Havelis – Old Merchant Mansions of Shekhawati


Can I share a secret? I have new obsession… On my last trip to India I discovered a world of beautiful crumbling mansions and faded frescoes. The only problem is they are hours away from the closest airport and a harrowing drive across the Rajasthan desert.


The grand havelis of Shekhawati were owned by the merchant princes of Rajasthan (who are now some of the most successful business families in India). Located in Jaipur state, Shekhawati mansions are found in the districts of Jhunjhunu, Chur and Sikar. Many of these buildings have been left abandoned to the harsh desert climate by familes who have migrated to the modern commercial hubs of India.


The word haveli comes from Iran, and means “enclosed space”. In Mughal India it was known as a home for the wealthy and powerful.


Built by the business-minded Marwari, these mansions are a testament to past business successes and remain beautiful examples of Indian artistry from the early 1800s to the beginning of the 20th century.


Haveli architecture exemplifies Rajput and Islamic building forms, as well as occasional European influences. The richly painted frescoes reflect both the religious and folk art of Rajasthan, combined with the colonial influence of “Company School” style painting.



As in most of India, havelis housed extended familes. Havelis often consist of two courtyards – a semi public meeting place for the men called a “mardana” and a private “zenana” for women (who stayed out of public view).


Havelis were built inward facing which functioned as both a mechanism of privacy as well as protection from the desert and invaders. The traditional Indian courtyard home is built on the principles of Vastu Shastra, which state that all spaces emerge from the center of the house. All activities revolve around the center, which has a divine power and energy associated with it. 



Ornate haveli doors were built to reflect the family’s status and wealth. Covered in wood carvings,hammered metal and elaborate murals, these grand entrances only suggested the splendors inside.



We had the opportunity to tour two beautiful restored havelis in the Shekhawati region. First stop was French artist Nadine Le Prince’s gorgeous old haveli in Fatehpur.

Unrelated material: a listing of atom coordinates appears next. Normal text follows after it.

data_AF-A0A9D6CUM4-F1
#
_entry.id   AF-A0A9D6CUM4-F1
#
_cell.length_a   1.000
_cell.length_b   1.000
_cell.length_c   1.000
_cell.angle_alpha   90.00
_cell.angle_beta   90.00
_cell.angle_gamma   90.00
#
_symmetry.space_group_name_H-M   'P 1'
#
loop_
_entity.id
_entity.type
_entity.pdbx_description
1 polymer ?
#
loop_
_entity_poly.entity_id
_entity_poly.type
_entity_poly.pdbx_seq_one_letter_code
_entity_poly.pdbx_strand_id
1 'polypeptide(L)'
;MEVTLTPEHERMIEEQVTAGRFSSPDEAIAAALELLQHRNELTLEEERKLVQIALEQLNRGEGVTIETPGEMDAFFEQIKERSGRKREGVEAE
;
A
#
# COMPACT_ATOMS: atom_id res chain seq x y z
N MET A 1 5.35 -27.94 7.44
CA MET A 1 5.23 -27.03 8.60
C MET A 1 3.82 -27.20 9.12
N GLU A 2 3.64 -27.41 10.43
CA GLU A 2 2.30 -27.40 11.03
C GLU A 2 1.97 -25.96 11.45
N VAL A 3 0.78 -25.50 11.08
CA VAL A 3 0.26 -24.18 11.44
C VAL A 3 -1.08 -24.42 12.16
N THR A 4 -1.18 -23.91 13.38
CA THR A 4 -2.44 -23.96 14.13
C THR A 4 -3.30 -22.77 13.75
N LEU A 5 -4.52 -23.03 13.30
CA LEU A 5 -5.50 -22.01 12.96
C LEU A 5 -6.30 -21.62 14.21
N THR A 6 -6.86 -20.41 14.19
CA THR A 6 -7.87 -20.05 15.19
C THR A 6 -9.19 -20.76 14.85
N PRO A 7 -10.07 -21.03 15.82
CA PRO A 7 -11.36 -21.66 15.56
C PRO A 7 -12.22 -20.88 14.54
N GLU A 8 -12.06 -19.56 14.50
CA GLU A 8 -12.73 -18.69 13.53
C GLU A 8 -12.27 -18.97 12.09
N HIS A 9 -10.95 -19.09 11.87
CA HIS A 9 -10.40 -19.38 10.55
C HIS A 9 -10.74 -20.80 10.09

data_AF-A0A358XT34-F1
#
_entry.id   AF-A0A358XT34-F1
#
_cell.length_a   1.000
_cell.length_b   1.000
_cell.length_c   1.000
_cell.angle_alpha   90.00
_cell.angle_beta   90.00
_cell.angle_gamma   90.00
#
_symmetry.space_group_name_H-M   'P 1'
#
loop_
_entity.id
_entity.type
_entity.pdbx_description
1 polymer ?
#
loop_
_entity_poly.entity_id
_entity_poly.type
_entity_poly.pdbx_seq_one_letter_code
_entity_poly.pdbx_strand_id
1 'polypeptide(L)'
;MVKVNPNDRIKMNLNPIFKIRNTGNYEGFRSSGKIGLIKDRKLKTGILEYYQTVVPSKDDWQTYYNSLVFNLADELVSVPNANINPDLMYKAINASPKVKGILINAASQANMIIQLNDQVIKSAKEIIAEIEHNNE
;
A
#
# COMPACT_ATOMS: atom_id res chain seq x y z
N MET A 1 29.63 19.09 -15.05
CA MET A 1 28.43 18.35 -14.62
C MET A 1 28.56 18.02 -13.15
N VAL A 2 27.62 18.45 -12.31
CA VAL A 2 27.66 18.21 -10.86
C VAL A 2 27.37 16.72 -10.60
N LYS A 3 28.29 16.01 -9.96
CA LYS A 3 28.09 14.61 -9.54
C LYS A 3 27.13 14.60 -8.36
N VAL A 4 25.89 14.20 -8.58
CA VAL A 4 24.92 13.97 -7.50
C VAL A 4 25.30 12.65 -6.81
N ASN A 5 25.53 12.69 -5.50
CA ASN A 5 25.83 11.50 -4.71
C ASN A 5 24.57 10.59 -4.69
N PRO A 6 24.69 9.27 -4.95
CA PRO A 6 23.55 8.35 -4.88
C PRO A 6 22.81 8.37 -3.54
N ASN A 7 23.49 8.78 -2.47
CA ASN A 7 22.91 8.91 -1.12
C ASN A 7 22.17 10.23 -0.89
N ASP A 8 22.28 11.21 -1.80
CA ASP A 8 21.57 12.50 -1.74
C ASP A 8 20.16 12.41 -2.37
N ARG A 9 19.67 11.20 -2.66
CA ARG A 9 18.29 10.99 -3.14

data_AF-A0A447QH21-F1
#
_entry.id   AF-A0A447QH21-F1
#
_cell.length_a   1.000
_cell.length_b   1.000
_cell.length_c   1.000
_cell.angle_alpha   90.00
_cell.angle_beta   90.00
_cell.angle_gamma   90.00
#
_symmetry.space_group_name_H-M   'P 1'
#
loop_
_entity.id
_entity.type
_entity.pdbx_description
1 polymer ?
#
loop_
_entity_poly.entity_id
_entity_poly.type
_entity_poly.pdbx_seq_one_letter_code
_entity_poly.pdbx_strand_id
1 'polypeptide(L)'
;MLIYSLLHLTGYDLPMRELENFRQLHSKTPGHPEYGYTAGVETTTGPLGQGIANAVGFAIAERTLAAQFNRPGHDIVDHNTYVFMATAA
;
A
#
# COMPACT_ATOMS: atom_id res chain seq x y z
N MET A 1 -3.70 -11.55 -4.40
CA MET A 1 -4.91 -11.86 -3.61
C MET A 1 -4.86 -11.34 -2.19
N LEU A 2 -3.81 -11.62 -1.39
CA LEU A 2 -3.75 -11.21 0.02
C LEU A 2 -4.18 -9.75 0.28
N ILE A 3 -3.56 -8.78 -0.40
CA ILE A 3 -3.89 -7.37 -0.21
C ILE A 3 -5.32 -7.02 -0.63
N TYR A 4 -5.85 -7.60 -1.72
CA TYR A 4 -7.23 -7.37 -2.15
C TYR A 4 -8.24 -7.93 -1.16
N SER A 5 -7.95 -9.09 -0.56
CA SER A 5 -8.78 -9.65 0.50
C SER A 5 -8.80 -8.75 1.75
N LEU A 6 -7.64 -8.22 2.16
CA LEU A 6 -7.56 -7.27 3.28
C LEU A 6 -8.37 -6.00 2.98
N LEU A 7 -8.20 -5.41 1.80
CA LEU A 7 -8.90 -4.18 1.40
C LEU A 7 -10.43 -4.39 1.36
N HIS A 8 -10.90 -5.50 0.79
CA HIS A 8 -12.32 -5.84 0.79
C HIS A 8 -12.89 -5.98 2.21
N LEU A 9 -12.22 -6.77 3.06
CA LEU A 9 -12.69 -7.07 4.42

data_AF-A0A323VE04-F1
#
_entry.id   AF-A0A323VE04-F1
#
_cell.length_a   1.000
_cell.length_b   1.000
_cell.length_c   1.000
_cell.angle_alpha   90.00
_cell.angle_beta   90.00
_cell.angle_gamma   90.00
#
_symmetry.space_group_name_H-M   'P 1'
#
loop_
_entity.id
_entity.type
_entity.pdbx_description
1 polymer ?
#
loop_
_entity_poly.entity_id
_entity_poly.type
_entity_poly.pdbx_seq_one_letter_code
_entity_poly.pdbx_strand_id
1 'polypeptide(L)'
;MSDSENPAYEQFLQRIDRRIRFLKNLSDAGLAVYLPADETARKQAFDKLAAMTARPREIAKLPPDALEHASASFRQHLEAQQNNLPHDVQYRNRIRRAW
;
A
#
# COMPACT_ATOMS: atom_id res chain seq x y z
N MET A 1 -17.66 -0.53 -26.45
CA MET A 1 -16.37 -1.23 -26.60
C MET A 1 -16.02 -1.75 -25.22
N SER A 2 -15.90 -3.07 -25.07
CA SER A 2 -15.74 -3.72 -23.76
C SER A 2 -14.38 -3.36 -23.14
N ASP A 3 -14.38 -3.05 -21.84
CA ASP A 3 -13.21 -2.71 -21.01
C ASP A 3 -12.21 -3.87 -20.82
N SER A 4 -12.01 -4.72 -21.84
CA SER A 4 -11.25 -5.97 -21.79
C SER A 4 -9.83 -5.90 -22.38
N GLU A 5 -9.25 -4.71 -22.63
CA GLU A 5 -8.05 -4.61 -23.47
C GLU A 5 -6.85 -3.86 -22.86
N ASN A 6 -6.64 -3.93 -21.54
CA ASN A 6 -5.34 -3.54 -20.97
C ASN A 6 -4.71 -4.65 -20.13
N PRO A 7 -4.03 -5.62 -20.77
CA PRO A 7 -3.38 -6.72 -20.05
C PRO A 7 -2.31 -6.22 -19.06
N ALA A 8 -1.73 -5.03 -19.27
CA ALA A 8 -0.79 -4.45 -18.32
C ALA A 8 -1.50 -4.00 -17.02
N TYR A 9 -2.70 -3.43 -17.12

She has been lovingly restoring it over the past 15 years and has maintained it’s original artwork and features. A labor of love and definitely worth a stop if you’re in the area. For more info on tours and hotel reservations, go here.






Further down the road we stopped in Ramgarh, Shekhawati where we spent a wonderful night at Ramgarh Fresco. It is owned by Raghvendra & Priya Rathore, who are from a prominent Rajasthani family.




We were woken early by the sounds of traditional village life – cows mooing and the local Hindu temple bells clanging.



If you get a chance to visit Rajasthan, it’s well worth a trip off the tourist triangle to visit these elaborate desert mansions. One can only hope that some day this region will be recognized as a World Heritage Site and given the restoration and attention it deserves.


Cartagena, Colombia – December 2009

Bougainvillea on the streets of Cartagena de Indias.

In December we took a vacation to Cartagena, Colombia. It was the perfect combination of culture and relaxation. The architecture reminds me of a cross between Bourbon Street and Cuba. Lots of high balconies over narrow streets.

Toucan at the Santa Clara.

The old town of Cartagena is surrounded by Spanish colonial walls. Its position on the edge of the Caribbean was a strategic trading point in the 1600-1700s. It also made it vulnerable to pirate attacks.

The people are a mix of African, Spanish, and Indian cultures. The streets are bustling with vendors – fruits beyond your imagination, cheese arepas, and fresh coconuts. There are a number of swanky hotels, and upscale shops, mixed with shops frequented by the locals. It’s not a secret anymore and I’m afraid it will become one of those places that’s more tourist destination (like Venice) than a living, working city. For those concerned with safety, there were more police officers on the streets of the old city than I’ve ever seen in the States.

We stayed first at the lovely Casa La Fe, owned by the British Geoff and Colombian Carmen. They met after Geoff sailed across the Atlantic and fell in love with both the city and Carmen. The hotel is actually an old brothel. After they refurbished the whole building some of the women came by asking for their jobs back.  The location is fantastic and their hospitality is wonderful. They do not however, offer the services of the above mentioned ladies.

After 3 days at Casa La Fe, we took a sailboat charter with Geoff out to the Rosario Islands. We enjoyed a couple days of swimming, sailing and siteseeing. It was wonderful to be on the water and the weather was perfect.

The last few days we spent at the Sofitel’s Hotel Santa Clara. Our hotel room backed up to a view of Gabriel Garcia Marquez’s house overlooking the ocean in Cartagena. Despite my rubbernecking, I was unable to catch a glimpse of him. The hotel rooms were pretty standard, but the huge pool was great and the hotel itself is built on the grounds of an old Spanish monastery. The design of the interior courtyards was spectacular.

Beautifully decorated courtyards of the Santa Clara.

And just so you know, it’s pronounced “Cart-uh-hay-nuh”. You can thank Michael Douglas’ character in the movie “Romancing the Stone” for the misspronunciation of “nya” instead of the hard “n”.